Religiosity, parties and election: Islamization and democratization in post-Soeharto Indonesia

Pramono U Tanthowi


The political development in Indonesian during the first decade of reform era
witnesses a resurgence of Muslim politics, which had been facing a political impass
during the 1970s and 1980s. In contrast to current political development in the
Arab World, the resurgence of Muslim politics in Indonesia has been marching
hand in hand with democratization. The blossoming of tens of Islamic political
parties by no means that they speak with a single voice. Rather, political Islam is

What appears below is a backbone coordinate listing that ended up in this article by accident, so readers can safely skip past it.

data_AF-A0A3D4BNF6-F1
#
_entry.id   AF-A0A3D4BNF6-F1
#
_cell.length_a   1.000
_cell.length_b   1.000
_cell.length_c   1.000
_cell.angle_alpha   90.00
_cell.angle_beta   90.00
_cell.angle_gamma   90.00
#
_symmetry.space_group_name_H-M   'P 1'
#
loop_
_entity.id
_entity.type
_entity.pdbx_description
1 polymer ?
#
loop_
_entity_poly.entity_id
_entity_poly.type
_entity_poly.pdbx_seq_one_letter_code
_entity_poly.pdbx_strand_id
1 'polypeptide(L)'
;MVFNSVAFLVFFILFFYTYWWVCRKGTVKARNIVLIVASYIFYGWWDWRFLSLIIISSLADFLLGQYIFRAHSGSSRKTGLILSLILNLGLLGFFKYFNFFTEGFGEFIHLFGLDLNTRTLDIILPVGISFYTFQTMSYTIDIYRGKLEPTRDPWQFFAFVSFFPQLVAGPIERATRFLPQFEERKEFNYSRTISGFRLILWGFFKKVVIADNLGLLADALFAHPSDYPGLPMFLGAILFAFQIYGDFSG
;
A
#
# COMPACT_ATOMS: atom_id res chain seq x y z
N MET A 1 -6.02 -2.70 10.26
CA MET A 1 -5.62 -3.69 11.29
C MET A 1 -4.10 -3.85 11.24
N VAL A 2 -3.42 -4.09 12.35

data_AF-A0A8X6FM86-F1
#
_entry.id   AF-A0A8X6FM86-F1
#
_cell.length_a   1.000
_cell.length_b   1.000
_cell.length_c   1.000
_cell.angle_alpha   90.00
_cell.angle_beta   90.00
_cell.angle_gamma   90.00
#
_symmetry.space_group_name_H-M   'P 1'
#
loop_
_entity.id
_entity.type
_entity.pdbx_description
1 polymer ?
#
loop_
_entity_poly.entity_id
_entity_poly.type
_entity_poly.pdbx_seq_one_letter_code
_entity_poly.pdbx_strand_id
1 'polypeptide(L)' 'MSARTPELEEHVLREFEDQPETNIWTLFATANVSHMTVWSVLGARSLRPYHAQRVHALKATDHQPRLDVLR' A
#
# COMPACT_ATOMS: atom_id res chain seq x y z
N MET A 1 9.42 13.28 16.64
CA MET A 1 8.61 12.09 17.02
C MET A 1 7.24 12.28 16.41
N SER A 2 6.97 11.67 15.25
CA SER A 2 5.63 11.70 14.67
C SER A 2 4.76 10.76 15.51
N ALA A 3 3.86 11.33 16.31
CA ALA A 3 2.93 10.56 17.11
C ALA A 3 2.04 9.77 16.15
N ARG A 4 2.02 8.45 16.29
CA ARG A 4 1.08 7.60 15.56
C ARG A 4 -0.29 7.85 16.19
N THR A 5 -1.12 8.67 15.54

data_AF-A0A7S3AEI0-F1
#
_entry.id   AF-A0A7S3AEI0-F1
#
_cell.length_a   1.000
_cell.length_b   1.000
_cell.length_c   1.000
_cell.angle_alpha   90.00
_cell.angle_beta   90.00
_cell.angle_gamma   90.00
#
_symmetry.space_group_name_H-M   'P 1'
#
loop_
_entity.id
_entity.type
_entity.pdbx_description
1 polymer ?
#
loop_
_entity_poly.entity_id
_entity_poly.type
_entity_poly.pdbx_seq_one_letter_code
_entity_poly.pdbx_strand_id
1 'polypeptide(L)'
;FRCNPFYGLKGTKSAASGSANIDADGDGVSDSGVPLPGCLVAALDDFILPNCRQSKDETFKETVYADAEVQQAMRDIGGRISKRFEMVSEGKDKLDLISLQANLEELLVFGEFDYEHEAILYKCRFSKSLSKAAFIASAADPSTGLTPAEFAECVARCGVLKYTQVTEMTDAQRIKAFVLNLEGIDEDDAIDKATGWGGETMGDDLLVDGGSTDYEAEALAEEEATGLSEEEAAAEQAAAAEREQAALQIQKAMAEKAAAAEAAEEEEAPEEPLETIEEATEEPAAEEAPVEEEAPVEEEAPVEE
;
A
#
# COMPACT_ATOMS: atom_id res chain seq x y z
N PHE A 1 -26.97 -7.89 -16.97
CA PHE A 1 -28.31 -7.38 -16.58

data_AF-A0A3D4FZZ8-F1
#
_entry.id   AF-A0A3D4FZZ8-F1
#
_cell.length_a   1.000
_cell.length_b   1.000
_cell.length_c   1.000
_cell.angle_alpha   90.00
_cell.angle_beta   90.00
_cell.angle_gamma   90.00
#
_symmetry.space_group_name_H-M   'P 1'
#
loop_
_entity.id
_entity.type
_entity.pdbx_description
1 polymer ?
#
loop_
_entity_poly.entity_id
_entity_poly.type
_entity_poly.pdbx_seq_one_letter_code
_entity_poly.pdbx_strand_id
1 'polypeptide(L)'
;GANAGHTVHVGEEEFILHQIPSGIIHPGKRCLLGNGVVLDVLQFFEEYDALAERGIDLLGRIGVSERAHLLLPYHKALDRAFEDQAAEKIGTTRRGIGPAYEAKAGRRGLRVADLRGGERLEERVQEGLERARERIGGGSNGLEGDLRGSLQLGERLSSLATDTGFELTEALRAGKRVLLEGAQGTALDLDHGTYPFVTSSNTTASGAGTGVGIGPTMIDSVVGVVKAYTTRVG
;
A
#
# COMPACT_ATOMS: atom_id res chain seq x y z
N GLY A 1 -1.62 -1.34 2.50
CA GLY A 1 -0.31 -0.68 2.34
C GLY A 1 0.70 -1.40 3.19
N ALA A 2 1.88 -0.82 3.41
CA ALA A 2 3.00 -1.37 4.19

now represented by parties with more diverse platforms. Those parties are not
only varied in their commitment to an Islamist agenda but also strongly divided
on this agenda. Yet, they all welcome and uphold “Muslim” aspirations. As far as
their performance in the 1999 and the 2004 elections is concerned, there was a
significant decline for Muslim politics compared to the first democratic election of
1955. The results reflected the minority appeal of Islamism, regardless of both
the fact that the majority of the Indonesians are Muslims and the fact that there
has been increasing Islamic revivalism within Indonesian society.



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